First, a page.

What is Integrating GHG Assessment and Reduction Targets in Transportation Planning?
By incorporating greenhouse gas (GHG) analysis into transportation planning and decision-making, agencies can act now to help decrease future emissions in order to reduce their climate impact and meet national reduction goals. Transportation is the largest emitter of greenhouse gases (GHGs) in the United States-as well as one of the fastest-growing sources. The transportation sector generates approximately 29 percent of the Nation’s GHG emissions, and roadway vehicles account for about 83 percent of that amount.
Tools and Practices for Effective Decision-Making
State departments of transportation (DOTs) and metropolitan planning organizations (MPOs) play essential roles in implementing policies, programs, and projects that can reduce GHG emissions, not only directly from motor vehicles, but also life-cycle emissions from construction and embodied carbon of materials. Integrating the consideration of GHG emissions into agency procedures and decision-making can lead to better transportation program and project decisions.
DOTs and MPOs can address GHGs in the planning process based on vetted, state-of-the-practice approaches that include specific analytic tools, methods, and frameworks to support target setting and GHG estimation that can be integrated with existing planning products, including statewide and metropolitan transportation plans and transportation improvement programs. They can also support planning for programs such as the newly established National Electric Vehicle Infrastructure Program and Carbon Reduction Program.
Adaptable Strategies. Currently available tools and best practices related to GHG analysis and target setting will allow all agencies, regardless of technical capacity or size, to take steps toward integrating the consideration of GHG emissions into existing planning structures.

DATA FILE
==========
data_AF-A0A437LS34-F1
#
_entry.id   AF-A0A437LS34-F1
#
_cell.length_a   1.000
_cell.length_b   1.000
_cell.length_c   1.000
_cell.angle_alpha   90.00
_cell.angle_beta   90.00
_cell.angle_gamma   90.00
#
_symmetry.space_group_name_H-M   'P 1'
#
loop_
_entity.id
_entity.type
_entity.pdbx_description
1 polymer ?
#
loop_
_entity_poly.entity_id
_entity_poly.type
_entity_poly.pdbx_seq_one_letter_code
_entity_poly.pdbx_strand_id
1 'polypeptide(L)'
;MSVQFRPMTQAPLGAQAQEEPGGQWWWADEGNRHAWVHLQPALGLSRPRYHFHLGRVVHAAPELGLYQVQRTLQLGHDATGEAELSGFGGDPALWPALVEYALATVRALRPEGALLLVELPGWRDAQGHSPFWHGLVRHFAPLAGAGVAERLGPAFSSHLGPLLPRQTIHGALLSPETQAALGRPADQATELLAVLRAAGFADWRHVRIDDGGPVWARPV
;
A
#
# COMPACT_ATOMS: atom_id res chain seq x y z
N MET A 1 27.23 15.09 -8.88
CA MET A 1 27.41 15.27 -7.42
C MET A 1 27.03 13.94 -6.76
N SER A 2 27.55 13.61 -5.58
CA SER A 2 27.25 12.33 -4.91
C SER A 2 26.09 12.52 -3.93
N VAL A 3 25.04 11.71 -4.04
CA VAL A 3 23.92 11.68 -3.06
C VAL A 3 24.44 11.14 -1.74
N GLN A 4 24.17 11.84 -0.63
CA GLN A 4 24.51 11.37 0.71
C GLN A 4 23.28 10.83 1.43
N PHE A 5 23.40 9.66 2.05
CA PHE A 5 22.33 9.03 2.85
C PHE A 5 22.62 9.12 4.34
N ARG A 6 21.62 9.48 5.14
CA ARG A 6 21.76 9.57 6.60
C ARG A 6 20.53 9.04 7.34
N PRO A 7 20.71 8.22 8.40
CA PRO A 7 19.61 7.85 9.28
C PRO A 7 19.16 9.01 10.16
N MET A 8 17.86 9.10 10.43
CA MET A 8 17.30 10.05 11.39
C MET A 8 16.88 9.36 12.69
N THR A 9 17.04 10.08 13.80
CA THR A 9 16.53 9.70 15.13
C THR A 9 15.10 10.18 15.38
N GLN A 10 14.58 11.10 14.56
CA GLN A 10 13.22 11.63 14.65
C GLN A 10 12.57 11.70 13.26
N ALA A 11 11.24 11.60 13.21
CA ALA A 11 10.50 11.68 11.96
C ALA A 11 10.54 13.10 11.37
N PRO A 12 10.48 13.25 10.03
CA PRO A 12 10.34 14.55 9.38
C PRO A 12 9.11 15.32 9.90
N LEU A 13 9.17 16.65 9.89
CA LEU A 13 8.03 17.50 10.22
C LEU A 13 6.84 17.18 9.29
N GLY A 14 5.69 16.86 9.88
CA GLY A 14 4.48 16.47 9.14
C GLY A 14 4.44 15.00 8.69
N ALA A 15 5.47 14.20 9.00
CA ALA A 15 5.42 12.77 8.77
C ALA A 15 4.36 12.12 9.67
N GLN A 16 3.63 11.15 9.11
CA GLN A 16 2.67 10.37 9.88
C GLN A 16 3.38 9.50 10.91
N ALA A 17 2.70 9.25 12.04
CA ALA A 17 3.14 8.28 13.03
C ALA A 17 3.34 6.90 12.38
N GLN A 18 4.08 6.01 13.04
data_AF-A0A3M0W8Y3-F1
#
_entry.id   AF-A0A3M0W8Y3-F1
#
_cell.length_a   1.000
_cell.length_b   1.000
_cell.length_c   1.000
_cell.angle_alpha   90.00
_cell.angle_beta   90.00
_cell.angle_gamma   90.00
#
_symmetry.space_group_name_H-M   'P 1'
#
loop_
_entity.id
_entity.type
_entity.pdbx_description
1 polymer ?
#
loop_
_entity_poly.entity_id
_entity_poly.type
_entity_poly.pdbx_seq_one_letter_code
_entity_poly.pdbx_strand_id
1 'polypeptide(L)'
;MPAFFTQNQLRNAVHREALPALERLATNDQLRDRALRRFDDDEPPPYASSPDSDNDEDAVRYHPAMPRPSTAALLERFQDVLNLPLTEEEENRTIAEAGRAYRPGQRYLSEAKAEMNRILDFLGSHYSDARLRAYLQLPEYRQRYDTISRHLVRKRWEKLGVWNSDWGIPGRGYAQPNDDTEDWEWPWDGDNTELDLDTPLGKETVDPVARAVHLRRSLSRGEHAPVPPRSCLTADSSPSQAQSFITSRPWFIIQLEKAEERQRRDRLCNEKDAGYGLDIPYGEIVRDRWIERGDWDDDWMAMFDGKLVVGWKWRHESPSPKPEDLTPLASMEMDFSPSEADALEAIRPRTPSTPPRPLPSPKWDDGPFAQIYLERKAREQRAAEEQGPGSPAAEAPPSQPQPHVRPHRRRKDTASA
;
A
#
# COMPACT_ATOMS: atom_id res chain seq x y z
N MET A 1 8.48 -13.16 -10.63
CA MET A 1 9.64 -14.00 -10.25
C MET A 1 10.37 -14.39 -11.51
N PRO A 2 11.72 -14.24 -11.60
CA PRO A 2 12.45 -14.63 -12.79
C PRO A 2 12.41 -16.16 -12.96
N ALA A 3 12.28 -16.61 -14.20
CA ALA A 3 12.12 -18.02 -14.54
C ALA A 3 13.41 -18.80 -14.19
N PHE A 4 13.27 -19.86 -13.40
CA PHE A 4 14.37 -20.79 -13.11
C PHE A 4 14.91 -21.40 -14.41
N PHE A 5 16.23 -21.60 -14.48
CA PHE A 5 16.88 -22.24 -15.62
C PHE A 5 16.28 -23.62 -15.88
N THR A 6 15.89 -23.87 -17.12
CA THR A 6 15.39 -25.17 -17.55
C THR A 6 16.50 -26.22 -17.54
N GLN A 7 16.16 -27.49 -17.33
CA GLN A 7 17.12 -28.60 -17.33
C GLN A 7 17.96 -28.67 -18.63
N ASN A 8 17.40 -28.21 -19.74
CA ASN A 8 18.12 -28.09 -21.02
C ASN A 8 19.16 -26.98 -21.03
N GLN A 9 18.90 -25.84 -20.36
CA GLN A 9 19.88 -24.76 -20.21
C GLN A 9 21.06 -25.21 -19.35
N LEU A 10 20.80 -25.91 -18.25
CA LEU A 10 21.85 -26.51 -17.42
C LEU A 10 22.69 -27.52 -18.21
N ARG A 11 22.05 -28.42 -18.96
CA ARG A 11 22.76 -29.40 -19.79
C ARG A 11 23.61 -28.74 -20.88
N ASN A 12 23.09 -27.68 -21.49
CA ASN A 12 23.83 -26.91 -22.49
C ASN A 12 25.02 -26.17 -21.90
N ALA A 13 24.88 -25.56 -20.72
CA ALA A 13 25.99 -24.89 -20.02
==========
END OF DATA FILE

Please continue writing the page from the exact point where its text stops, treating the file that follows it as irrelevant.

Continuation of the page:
Practical Mitigation. Comprehensive methods of addressing GHG emissions, from both tailpipe and life-cycle emissions, can be integrated into current planning products and programs to provide decision-makers with reliable information that can be used to mitigate GHG emissions throughout a project’s life cycle.
Measurable Progress. By considering GHG emissions at every step in the transportation planning and decision-making process, agencies can align GHG reduction goals with strategies to meet targets and make progress.
Learn more about this EDC-7 Innovation.
Integrating GHG Assessment and Reduction Targets in New Jersey Transportation Planning
Currently, transportation accounts for 42 percent of GHG emissions in New Jersey and 29 percent of GHG emissions nationally. The NJ STIC intends to reduce GHG emissions in the transportation sector from their current levels. NJDOT and its partners have many years of experience in analyzing the air quality benefit of projects and programs through the Congestion Mitigation and Air Quality (CMAQ) program, and expect to leverage this experience to the demonstration stage in developing the capability to analyze GHG reduction benefits. Work on the Carbon Reduction Strategy will assist NJDOT and its partners.
NJDOT is working on several initiatives, including the development of a Carbon Reduction Strategy. NJDOT intends to support eligible projects and programs while also considering cost effectiveness in this strategy. This initiative may also provide analytical support to the National Electric Vehicle Infrastructure (NEVI) program. NJDOT may also consider the use of drone technology for bridge inspection and traffic congestion analysis. Both applications have the potential to reduce traffic congestion and greenhouse gas emissions.
The state’s regional MPOs partners have identified several goals for this innovation round. First, they want to have a better idea of the scale of carbon reduction benefits and use this information in modeling and for decision-making. In order to have better strategies, they need to be able to do carbon analysis like other established emission reduction analyses.
The second goal is to reduce VMT and improve vehicle performance through electrification and sustainable energy.
Third, they recommended that GHG reduction policy be pursued holistically, including planning, target setting, and funding to educate, deliver programs, and assess outcomes, as well as through funding to prioritize programs.
INTEGRATING GHG ASSESSMENT & REDUCTION TARGETS IN TRANSPORTATION PLANNING: NEW AND NOTEWORTHY